On July 15th, just as this article was going to press, BP lowered a 75-ton cap over the damaged wellhead in the Gulf of Mexico and closed — at least temporarily — the gushing hellmouth of oil. How long that cap will hold is not clear. At the moment, BP and government scientists are trying to determine whether the structure of the well itself was damaged by the blowout, and, if it was, whether oil and gas could be leaking through other parts of the well, or even through the sea floor itself. Depending on the integrity of the well, the gusher could be permanently capped in a matter of weeks; or there could be oil flowing into the Gulf again tomorrow. "This is an extremely unstable situation," retired Coast Guard Admiral Thad Allen, who is overseeing the federal response to the clean-up, told me on the day the cap was lowered into place.
Capping the well, even temporarily, is welcome progress, but it is not the end of the story. Since the blowout in late April, up to four million barrels of oil and nearly two million gallons of toxic dispersants have been dumped into the Gulf. The clean-up operation will continue for months, but it's mostly PR — only a small fraction of the oil will actually be removed. More important, no one has a clue yet what the longer-term effects of this catastrophe will be: how many dead dolphins will wash up on the beaches, how many local residents will lose their livelihoods, how the complex ecosystem of the Gulf will be altered, or, indeed, what the political fallout will be for the Obama administration. Sorting all that out is a much larger story, and right now, it is just beginning.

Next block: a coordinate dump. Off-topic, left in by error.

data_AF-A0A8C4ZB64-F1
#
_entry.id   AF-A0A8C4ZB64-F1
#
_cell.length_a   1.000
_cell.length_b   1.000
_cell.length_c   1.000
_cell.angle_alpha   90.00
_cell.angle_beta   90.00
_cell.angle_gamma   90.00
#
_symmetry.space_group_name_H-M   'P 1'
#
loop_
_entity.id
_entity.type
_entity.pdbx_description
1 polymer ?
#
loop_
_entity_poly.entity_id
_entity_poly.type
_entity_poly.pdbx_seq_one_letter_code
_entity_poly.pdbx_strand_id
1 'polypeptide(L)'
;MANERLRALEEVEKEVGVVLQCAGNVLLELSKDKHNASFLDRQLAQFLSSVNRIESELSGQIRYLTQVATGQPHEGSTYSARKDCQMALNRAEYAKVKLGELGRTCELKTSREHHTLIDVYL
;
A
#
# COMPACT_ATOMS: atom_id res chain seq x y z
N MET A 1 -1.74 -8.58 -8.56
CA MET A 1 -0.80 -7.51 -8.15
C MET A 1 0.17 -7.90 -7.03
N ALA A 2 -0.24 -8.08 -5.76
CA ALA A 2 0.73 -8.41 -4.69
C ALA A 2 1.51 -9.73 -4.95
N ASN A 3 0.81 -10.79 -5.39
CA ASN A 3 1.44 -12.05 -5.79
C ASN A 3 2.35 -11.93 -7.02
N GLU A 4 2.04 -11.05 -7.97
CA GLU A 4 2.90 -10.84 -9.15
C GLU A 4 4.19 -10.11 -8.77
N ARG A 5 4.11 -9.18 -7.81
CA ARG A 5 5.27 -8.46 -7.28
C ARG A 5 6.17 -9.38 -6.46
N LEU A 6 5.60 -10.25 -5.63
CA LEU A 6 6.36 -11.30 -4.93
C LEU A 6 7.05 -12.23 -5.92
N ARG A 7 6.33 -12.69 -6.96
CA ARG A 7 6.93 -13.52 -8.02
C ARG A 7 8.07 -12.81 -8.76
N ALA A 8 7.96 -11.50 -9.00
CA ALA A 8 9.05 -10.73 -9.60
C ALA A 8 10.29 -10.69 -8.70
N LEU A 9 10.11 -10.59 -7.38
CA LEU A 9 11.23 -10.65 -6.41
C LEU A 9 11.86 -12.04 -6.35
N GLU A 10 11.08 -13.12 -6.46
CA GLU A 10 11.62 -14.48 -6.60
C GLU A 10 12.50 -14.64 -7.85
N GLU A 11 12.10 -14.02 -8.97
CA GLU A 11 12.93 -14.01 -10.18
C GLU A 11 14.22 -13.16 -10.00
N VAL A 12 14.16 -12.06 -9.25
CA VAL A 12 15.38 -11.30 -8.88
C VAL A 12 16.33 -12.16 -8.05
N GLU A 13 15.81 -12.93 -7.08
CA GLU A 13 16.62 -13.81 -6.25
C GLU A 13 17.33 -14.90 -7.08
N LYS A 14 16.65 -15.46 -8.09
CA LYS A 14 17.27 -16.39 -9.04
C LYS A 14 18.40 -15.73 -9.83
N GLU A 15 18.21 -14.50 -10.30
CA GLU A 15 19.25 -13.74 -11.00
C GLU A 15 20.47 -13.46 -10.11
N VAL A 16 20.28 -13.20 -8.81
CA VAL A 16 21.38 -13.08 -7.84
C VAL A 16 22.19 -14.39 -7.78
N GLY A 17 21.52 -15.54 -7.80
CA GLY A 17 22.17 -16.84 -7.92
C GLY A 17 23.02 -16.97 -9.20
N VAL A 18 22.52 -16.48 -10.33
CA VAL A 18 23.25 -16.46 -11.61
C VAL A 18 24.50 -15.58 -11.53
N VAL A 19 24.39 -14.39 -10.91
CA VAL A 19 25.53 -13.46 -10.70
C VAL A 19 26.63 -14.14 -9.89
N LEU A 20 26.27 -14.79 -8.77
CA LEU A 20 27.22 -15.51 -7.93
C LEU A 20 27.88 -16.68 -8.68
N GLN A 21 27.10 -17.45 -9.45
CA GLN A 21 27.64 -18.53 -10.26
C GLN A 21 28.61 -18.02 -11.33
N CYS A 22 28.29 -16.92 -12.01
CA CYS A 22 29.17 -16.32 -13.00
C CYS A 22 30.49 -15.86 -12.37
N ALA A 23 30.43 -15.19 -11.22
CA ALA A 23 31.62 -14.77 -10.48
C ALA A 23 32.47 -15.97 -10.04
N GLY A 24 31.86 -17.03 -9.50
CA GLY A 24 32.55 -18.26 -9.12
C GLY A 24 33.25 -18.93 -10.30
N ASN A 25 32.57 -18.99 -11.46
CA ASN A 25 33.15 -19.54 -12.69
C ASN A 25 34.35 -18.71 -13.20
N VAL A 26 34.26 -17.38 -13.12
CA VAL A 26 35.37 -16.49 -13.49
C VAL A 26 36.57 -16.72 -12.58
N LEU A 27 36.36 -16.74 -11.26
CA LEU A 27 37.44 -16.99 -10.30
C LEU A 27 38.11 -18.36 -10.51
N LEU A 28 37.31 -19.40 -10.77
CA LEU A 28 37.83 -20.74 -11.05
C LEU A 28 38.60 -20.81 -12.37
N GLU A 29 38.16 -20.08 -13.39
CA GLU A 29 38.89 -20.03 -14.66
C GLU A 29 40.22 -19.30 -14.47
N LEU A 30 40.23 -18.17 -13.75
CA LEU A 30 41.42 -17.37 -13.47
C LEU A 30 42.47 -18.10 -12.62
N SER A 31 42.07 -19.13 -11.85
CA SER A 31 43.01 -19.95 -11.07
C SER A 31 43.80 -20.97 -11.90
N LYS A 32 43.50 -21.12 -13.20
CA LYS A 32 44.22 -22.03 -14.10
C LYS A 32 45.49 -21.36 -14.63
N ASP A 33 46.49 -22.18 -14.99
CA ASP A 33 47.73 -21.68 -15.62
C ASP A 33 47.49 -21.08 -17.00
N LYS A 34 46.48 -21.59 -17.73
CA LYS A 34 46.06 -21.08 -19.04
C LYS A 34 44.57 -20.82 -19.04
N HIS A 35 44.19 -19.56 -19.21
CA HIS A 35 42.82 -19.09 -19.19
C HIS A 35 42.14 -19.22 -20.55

— Jeff Goodell, July 21st, 2010
Day 68. That's all the sign says on the wall of the Starfish Restaurant in Grand Isle, Louisiana. Everyone knows what it means: 68 days since the blowout, 68 days of oil gushing out at the rate of 30,000, 40,000, 60,000 barrels a day. Who knows for sure? Nobody trusts BP's numbers. When it comes to the spill, Grand Isle is ground zero. Everyone here has seen the live pictures of the gushing wellhead, the hellish brown geyser a mile deep out in the Gulf. They have smelled the oil, touched it, walked in it, and they know more is out there, coming in with a shift of the wind and tides, killing the shrimp, coating the birds, scaring away tourists. The days tick by, the oil keeps coming. Day 68. On the Louisiana coast, the Deepwater Horizon blowout was the environmental equivalent of September 11th, an event so significant that it rearranges time itself.
Around here, the biggest fear is what happens now that hurricane season has arrived. In the restaurant, diners glance up at the TV, tuned to the Weather Channel, where tropical storms swirl. They have been through them all – Katrina, Gustav, Ike. Each time, they rebuilt. But this time is different. "If a hurricane gets us now," says Jeannine Braud, a waitress at the Starfish, "it will be all over. We will not recover. There will be oil and chemicals and a toxic mess everywhere. It will be the end of this place. It will be an apocalypse."
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